Reading Holiday Tea Leaves
Forecasters Predict Higher Sales This Christmas; Retailers Say Flexibility is Key
Predicting how strong or weak holiday sales will be is a time-honored tradition, but it is far from an exact science.
Prominent forecasters over the past eight years have regularly overshot or underestimated actual results by a percentage point or more. Predictions for this year’s holiday shopping are beginning to come in, and, for now, modest gains are expected, but economic certainty evaporated in the last recession.
The discrepancies between forecasts and reality underscore the tricky balancing act retailers have to perform to avoid being stuck with unsold gear if consumers prove cautious or, alternatively, missing out on crucial sales in a two-month period when many retailers book 25% to 40% of their annual sales.
Market-research firm ShopperTrak Corp. expects that sales in November and December will rise at a slower rate than a year ago — a 3% increase versus last year’s 3.7% gain. (ShopperTrak counts foot traffic using 50,000 cameras mounted on retailers’ ceilings, blends it with data provided by stores and takes account of macroeconomic trends to make its forecast.)
Meanwhile, a survey of 14 retailers conducted in August by management consultancy Hay Group found three out of four expect a better holiday than last year, and that many will hire more seasonal help as a result.
Last year, actual holiday sales were stronger than some of the predictions. ShopperTrak and the International Council of Shopping Centers expected a 3% gain, while the National Retail Federation predicted a 2.8% increase. But according to the government figures tallied after the selling period ended, sales had risen 3.7% from the previous year’s holiday results.
In general this year, retailers remain cautious amid a wobbly economic recovery that is easily susceptible to shocks, whether from gasoline prices or stock-market swings.
Chain stores are keeping inventories relatively lean and some say they are planning earlier sales to test which products catch on, so that there is time to reorder for the peak season around Christmas.
Jones Group Inc., the parent company of brands such as Nine West, Rachel Roy and Anne Klein, has been monitoring August and September sales closely to spot early hot sellers, President Richard Dickson said. For instance, the company has noticed consumers buying up flat boots.
“How consumers react to these early shipments is a great indicator of how they’ll spend in the fourth quarter,” said Mr. Dickson. Jones expects sales to be up modestly over last year. “We’re gaining more and more confidence it will be a good holiday season,” Mr. Dickson said.
Retail experts say retailers have gotten better at planning inventory in general, chasing hot items when necessary and cutting off shipments of products that don’t sell. Hay Group’s study found nearly a third of retailers expect to run promotions in October compared with about a fifth a year ago. Craig Rowley, vice president of Hay Group’s retail practice, said the earlier discounts are a way for the companies to see what is selling and what isn’t, so they can fine-tune the inventory going forward.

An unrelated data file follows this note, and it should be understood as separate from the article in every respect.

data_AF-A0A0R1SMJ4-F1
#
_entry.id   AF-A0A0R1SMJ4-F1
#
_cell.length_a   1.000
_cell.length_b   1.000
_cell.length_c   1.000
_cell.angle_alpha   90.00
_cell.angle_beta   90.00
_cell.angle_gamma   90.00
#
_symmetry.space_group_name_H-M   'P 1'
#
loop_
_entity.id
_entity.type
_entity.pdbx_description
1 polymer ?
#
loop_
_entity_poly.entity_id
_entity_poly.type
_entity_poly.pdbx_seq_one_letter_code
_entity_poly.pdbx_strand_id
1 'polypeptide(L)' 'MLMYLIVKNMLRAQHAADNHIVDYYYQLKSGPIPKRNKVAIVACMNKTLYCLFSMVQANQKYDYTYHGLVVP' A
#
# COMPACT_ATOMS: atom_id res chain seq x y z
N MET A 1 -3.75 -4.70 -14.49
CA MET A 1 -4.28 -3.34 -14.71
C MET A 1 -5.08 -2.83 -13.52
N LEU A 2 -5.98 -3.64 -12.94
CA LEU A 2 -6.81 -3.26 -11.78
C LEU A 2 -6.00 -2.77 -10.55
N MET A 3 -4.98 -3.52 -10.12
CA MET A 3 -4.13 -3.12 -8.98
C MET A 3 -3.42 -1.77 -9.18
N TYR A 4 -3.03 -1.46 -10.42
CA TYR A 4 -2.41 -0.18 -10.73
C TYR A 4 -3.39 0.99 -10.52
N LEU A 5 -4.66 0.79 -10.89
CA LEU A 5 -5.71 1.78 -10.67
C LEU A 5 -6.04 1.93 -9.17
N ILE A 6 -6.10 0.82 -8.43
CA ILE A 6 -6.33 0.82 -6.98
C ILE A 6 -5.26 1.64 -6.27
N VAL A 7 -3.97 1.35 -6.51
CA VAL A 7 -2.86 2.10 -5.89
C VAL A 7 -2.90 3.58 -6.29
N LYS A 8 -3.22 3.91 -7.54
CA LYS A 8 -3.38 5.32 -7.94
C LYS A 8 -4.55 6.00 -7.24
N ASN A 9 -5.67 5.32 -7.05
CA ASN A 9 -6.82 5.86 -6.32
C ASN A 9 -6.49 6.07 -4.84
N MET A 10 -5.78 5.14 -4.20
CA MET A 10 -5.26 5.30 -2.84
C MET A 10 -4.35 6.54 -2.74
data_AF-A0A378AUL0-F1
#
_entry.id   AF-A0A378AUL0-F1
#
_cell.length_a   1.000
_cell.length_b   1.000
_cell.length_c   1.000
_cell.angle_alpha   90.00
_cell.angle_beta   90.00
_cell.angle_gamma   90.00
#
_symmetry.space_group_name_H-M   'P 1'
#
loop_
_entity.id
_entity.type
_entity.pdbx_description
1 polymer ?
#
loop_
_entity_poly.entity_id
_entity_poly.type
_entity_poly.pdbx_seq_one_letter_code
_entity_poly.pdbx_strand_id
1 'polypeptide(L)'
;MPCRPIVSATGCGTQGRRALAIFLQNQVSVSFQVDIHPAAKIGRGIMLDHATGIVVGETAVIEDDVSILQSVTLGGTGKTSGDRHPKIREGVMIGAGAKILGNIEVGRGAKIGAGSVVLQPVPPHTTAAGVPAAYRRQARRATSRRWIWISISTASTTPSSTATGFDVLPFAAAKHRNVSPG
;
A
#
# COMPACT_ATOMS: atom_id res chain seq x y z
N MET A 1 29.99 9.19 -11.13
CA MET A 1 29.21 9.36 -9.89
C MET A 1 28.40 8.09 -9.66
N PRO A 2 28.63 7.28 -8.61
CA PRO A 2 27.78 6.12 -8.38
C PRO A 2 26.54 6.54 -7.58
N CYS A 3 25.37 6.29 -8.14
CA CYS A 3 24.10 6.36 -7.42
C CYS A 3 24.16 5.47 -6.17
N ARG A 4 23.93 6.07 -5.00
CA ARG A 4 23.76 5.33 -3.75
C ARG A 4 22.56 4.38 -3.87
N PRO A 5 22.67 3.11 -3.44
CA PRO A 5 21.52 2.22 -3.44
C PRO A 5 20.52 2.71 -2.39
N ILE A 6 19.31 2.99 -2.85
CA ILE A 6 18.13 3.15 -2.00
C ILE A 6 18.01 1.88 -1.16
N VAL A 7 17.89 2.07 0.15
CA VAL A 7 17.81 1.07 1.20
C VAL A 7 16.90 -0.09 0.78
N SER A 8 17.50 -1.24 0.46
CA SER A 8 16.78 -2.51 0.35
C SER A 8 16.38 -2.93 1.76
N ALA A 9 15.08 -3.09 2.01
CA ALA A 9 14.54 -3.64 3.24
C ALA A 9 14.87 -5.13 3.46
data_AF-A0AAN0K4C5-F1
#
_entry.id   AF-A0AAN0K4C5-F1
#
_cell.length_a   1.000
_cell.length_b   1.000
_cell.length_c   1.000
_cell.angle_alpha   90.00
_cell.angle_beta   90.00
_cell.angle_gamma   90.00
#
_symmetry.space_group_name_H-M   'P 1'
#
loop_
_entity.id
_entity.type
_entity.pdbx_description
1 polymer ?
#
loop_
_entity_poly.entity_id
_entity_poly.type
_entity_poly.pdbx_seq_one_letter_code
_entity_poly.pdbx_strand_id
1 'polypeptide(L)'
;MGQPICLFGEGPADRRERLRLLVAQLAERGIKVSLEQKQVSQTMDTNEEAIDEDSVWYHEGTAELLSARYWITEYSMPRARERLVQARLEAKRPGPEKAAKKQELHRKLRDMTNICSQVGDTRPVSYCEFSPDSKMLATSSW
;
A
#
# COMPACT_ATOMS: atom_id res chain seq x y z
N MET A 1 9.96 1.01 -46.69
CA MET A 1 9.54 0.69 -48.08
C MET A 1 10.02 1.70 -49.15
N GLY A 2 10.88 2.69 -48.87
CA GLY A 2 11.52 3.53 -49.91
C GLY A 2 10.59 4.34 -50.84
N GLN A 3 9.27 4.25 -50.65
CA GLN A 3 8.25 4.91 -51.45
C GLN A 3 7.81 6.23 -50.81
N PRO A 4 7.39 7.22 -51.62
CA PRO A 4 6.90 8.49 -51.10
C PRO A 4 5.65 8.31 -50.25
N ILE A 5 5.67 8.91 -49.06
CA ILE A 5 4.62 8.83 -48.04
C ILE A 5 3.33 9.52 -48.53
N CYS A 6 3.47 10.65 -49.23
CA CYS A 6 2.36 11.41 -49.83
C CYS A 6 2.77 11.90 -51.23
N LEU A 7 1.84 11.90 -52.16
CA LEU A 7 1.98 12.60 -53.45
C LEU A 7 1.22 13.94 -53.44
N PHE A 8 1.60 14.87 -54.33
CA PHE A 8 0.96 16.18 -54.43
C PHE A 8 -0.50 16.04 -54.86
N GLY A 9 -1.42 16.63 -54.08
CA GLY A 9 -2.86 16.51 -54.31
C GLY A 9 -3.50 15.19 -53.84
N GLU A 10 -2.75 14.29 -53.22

Ascena Retail Group Inc., the parent company for Dressbarn, Justice, Maurices and Lane Bryant stores, expects its holiday sales to be up at least modestly but it is looking for early reads on bestsellers. The company also has planned out promotions for the season, but remains flexible in order to add more if they are needed, said David Jaffe, chief executive of Ascena.
“I’m looking forward to getting past the election so there’s certainty and less of a distraction to the consumer,” he added.
In the U.S., retail patterns have been uncertain since the recession, with consumers turning out for the holidays and even into the New Year but fading in the spring. Back-to-school sales were unexpectedly strong, but retailers are unsure that trend will carry into Christmas.
The culprit is the slow recovery. While the heavy job losses of the downturn have ceased, employment gains have been slow. The U.S. added just 96,000 jobs in August. That leaves 12.5 million people still out of work and the rest keeping a close eye on their own jobs.
Volatile gasoline prices and the coming presidential election are adding to the uncertainty this year, said Bill Martin, executive vice president at ShopperTrak.
Hay Group’s survey found that 30% of responding retailers plan to hire more seasonal workers this year. Only 10% of stores said they were increasing holiday staffers a year ago.
“What jumped out at me the most is how upbeat retailers are for Christmas,” the Hay Group’s Mr. Rowley said. “Most are expecting to see sales and hiring up. Had you asked me in July what I thought, I would have expected them to be more conservative.”
Zale Corp., the jewelry store chain that does 35% of its business during the holidays, expects sales to be better than last year, but only modestly so.
“With the election and 8.1% unemployment, people will still be cautious,” said Matt Appel, Zale’s chief administrative officer.
(Source: The Wall Street Journal, 09/12/12)